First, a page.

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This sounds like the classical job of a polyphase filterbank, and a cascade of polyphase synthesizers. Yes, do this in complex baseband. First, you use your filterbank to divide the 25 MHz in 25 kHz wide channels. Then, you use polyphase synthesizers to combine subsets these channels back to the channel widths you need, and then you use another one to ...


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The mistake could be in assuming you know which angle $a$ to use when you don't know if the source is in front of or behind the array yet. In other words, you need to solve the same problem for $a$ that you're solving for $b$. For your approach to work, you need to make sure side $a$ is the closest side to the source. You could find the closest side by ...


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The beauty of PCM (pulse-coded modulation, i.e. time samples of audio) is that the mathematical sum of two signals sounds like the acoustical superposition. So, just add your two sines sample-wise.


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Let's say we have a function that we transmit which is: $$x(t)$$ Transmitting the function is kinda easy part. We assume there is just the function we are trying to send. However things are a little bit ugly in the air. Let's look at the receiver part. What we generally consider first is the AWGN. Which is: $$r(t) = y(t) + n(t)$$ $r(t)$ is our received ...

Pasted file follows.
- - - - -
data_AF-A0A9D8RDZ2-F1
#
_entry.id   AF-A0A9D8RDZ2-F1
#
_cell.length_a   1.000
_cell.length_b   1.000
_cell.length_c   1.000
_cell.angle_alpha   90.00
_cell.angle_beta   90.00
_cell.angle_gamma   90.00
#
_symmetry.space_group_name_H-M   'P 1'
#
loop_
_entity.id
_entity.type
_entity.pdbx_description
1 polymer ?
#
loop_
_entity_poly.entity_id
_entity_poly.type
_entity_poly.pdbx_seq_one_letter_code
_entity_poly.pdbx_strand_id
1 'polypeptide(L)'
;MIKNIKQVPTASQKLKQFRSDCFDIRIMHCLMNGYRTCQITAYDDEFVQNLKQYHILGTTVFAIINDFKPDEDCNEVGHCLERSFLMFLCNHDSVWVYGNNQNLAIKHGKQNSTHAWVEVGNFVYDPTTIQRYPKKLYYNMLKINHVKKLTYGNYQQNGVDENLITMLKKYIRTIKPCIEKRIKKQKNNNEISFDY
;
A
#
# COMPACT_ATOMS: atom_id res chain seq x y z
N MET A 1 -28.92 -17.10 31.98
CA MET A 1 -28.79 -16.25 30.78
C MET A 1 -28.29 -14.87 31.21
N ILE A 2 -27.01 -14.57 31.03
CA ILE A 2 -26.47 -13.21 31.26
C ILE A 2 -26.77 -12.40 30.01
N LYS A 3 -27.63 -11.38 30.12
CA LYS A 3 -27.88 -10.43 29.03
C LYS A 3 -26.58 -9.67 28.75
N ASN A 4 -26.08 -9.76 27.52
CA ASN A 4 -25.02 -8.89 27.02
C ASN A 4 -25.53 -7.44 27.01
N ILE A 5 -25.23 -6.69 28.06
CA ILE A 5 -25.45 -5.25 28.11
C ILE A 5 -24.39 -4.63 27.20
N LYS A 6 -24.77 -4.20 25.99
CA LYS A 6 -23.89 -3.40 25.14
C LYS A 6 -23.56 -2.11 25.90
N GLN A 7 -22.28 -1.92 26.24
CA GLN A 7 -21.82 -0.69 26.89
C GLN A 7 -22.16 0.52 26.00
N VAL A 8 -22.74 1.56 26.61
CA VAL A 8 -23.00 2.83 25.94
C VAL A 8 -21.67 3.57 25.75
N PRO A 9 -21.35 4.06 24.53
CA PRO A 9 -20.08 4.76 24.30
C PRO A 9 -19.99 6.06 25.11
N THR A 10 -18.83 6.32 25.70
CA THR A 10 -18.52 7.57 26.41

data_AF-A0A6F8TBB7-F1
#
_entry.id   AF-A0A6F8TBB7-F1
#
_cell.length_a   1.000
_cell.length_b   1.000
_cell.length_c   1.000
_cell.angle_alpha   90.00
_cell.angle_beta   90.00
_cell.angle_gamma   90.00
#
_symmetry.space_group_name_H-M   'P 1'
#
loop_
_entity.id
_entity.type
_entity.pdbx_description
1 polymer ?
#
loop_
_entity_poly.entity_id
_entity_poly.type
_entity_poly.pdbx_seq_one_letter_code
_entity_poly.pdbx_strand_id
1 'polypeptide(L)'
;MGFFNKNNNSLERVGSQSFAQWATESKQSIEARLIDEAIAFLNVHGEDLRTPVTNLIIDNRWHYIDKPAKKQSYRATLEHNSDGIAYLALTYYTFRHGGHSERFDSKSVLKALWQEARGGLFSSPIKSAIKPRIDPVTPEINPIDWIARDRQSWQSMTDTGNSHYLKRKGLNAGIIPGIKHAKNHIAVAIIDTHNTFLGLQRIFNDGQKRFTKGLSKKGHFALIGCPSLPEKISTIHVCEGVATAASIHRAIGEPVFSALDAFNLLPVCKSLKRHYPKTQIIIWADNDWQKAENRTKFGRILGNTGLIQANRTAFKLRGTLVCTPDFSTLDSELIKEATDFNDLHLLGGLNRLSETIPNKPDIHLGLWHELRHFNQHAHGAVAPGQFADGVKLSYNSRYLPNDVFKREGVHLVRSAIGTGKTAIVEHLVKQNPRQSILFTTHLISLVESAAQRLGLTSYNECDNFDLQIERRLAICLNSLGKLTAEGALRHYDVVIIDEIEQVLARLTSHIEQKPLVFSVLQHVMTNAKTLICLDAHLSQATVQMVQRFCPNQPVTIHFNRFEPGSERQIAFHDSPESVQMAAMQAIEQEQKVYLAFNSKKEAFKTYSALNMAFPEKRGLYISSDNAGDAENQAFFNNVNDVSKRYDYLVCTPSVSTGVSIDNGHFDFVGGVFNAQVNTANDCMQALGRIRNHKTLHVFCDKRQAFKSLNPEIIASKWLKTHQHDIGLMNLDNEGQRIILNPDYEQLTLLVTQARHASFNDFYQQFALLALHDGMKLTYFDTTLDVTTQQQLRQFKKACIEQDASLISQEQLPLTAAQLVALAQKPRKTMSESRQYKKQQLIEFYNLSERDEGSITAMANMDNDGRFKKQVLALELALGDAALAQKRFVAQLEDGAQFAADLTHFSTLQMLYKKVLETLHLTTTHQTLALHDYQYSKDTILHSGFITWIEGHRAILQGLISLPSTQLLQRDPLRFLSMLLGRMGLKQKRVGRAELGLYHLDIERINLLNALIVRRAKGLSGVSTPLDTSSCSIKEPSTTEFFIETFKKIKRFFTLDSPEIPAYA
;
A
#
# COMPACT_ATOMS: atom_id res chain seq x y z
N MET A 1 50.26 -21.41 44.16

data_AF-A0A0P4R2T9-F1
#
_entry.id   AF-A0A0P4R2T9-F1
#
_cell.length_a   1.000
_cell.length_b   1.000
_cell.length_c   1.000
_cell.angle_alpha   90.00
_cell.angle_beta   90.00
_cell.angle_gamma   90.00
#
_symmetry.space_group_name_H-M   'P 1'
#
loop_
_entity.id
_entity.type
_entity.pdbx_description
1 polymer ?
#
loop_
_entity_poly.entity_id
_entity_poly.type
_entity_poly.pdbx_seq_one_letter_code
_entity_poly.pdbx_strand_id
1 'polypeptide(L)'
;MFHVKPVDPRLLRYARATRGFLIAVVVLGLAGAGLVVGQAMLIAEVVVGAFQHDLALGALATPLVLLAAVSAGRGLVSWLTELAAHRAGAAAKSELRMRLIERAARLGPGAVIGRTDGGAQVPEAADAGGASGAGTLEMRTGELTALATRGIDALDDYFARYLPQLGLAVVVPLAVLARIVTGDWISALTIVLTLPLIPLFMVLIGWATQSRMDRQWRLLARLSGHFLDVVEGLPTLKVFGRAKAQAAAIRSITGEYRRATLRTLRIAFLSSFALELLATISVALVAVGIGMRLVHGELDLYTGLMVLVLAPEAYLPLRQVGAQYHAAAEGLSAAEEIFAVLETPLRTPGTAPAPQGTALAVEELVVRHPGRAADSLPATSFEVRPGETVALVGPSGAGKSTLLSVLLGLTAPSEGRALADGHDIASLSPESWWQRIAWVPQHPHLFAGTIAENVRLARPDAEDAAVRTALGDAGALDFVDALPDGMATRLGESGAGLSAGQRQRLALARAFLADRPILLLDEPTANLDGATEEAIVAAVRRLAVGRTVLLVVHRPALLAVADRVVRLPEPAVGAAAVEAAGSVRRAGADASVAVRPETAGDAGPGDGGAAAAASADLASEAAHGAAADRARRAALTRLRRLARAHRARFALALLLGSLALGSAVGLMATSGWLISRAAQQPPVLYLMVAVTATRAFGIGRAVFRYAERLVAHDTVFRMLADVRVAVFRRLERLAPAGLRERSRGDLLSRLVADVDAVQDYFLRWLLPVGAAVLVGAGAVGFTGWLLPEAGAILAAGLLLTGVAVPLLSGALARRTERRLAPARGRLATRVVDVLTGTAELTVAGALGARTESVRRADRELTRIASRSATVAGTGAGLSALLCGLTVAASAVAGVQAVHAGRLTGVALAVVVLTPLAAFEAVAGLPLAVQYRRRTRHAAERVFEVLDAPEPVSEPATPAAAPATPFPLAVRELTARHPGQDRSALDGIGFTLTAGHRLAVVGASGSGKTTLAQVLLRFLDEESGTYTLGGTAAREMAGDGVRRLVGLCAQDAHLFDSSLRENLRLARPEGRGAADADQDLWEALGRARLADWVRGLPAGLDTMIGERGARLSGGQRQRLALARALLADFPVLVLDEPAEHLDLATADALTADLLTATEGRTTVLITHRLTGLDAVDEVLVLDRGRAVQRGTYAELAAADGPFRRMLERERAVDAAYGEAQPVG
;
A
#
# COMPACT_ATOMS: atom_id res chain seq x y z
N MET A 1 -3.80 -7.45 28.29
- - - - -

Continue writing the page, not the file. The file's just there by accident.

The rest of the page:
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By doing PCA, the principal components you will get will not correspond to a single recording, but rather to a mix between them. PCA is a feature extraction method, whereas what you are looking for, seems to me, as a feature selection problem. Also, if you have so many simultaneous recordings, all affected by the same sources of noise, why not perform ...


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I can't comment because I'm a new user... have a look to these questions: Estimating the time offset (delay) between two audio signals in real-time Generalized Cross Correlation Time delay estimation of oscilloscope signals using cross correlation


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One approach would be to use the spectral flux of a sequence of STFT frames $X(n,k)$, namely $$ \mathit{SF}(n) = \sum_{k = -N/2}^{N/2 - 1}{H(\left|X(n,k)\right| - \left|X(n-1,k)\right|)}, $$ where $n$ is the frame number, $N$ is the size (in samples) of each frame, and $H(x) = \frac{x + \left|x\right|}{2}$ is the half-wave rectifier function. Intuitively, ...


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Hermitian Symmetry is used when you want the IFFT output to be real-valued, so that it could be transmitted directly over a wire, for example. 2-3. At the input to the N-point IFFT, you should have f(N-n) = conj(f(n)) where n = 0 to N/2.